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    April 11, 2013 // 9:00 AM

    How to Deliver Presentations That Are Awe-Inspiring, Not Yawn-Inducing

    Written by Corey Eridon | @

    sandiegoI just returned from Michael Stelzner’s Social Media Marketing World conference, and had the chance to meet with some exceptional marketers and attend some captivating sessions.

    It was also located in San Diego, which didn’t hurt.

    My time there got me thinking of a few things, one of which was … what about the greatest sessions made them so great? Why were the best speakers, well, the best?

    What an astute question. If you have to give presentations -- whether in front of your CMO or a keynote address in front of thousands -- these are the things your audience, whether they know it or not, really wishes you were doing. These tips will help you deliver a top-notch presentation, and ensure your audience leaves that room awe-inspired.

    Let your guard down. Get personal.

    Assume all your audience knows about you is what's in your bio. If you have a bio. And even if you have a bio, most probably haven't read it.

    So really, assume they know nothing.

    You have some authority just by virtue of being on stage, but it isn't enough to seize the audience's undivided attention. To grab their ears, you have to grab their hearts. And yes, I heard how corny that sounded in my head, but I'm going with it.

    Generate some empathy by letting your guard down and allowing your audience to see who you really are. Be genuine. Tell them a story about yourself -- one they can relate to. It takes courage to share something private about yourself, but that's exactly why it helps captivate an audience.

    Remember, the audience is on your team. They want you to succeed. Just think back to any presentation where the speaker bombed, and you'll remember how painful and awkward that was to see. If you're willing to get a little personal with your audience, they'll give a little, too, helping you succeed by being engaged in your presentation, and receptive to your points.

    Use slides to complement your presentation; not as a crutch.

    I had the opportunity to see Sheryl Sandberg speak at a breakfast last week to promote her new (and excellent) book Lean In. I've also seen videos of Sheryl's presentations at a couple other venues, and was just as impressed as I was with her speech at the breakfast. Her content was, of course, top notch. But lots of people have top-notch content. What stood out to me was the fact that she didn't rely on a single PowerPoint slide the entire time. Not a one.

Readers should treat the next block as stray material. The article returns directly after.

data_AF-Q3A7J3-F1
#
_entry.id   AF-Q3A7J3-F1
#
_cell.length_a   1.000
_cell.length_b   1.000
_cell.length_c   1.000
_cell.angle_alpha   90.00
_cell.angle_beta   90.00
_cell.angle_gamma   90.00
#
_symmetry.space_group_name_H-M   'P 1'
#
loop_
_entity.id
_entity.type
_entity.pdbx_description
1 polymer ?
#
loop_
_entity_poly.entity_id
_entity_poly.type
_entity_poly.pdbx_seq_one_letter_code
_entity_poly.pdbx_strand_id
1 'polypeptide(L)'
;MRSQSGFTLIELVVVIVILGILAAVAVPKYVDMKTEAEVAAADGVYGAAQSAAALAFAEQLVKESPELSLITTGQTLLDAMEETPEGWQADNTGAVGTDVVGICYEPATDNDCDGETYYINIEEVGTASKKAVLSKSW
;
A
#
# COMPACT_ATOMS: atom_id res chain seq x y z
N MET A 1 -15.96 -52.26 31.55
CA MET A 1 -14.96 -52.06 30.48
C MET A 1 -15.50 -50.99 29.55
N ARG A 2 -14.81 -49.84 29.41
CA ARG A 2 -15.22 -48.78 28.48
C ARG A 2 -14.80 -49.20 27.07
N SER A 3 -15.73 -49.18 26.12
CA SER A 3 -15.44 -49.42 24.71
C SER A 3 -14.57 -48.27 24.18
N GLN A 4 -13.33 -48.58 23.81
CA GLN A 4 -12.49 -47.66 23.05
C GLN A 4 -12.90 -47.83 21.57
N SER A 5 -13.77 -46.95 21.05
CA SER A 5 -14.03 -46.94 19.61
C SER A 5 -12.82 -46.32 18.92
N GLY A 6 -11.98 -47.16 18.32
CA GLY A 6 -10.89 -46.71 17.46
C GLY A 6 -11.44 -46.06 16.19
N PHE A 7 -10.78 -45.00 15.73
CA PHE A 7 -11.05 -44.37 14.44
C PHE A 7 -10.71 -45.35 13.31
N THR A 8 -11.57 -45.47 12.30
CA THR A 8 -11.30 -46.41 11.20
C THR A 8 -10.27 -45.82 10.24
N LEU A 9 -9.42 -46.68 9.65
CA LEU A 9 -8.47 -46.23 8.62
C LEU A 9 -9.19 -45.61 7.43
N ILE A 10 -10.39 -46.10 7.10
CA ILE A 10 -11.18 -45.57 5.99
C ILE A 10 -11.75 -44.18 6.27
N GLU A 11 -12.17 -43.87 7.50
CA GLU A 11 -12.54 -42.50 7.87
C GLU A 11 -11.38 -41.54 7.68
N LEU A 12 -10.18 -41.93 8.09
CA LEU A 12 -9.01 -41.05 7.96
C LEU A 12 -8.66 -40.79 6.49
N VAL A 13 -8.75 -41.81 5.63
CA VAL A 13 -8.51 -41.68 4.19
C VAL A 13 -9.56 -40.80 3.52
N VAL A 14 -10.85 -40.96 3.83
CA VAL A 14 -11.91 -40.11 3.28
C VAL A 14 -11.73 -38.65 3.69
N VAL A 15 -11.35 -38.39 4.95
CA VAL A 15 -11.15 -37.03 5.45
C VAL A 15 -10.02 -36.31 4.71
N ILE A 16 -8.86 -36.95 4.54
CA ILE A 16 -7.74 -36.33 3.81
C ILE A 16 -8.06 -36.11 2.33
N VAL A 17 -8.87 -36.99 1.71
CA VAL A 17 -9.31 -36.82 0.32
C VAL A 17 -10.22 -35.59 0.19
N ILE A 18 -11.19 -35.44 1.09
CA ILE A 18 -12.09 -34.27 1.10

Sheryl's on the far end of the spectrum -- she's a talented, practiced public speaker who has learned how to tell a compelling enough story without needing any other visual aids. Most people aren't there yet, nor do they have to be. The best presenters I saw at SMMW used slides in their presentations, but only as a complement to their content, not as a crutch. That means the slides were simple, not visually distracting, and they had very few words on them. Sometimes, no words at all.

    The best case I saw of this was in a session held by Douglas Karr, author of Corporate Blogging for Dummies. His slides were largely images that were either complements (often humorous ones) to the point he just made that helped naturally transition into his next topic, or visual examples that he could speak to without requiring the audience to dissect a bunch of words on a slide.

    If your audience wanted to consume this information in written format, they'd go looking for a book or a blog post. They're here to hear you speak about something, not read about it. Plus, if they're spending all their time reading your slides, they're not hearing a darn thing you're saying.

    Tell a story.

    I've hinted at it a couple times already, so let's just call a spade a spade. Your audience wants a story. Over and over again, I see the best speakers opting for compelling, illustrative stories over a laundry list of facts, figures, tactics, and strategies. This isn't to say you don't use the latter to support your case -- you do, and you should. Simply think of the story as the allegory for your overall thesis.

    Stories are engaging, they generate empathy, and they stick with listeners; as such, your overall thesis lives on in people's minds long after a presentation is over.

    Don’t keep tootin’ your own horn.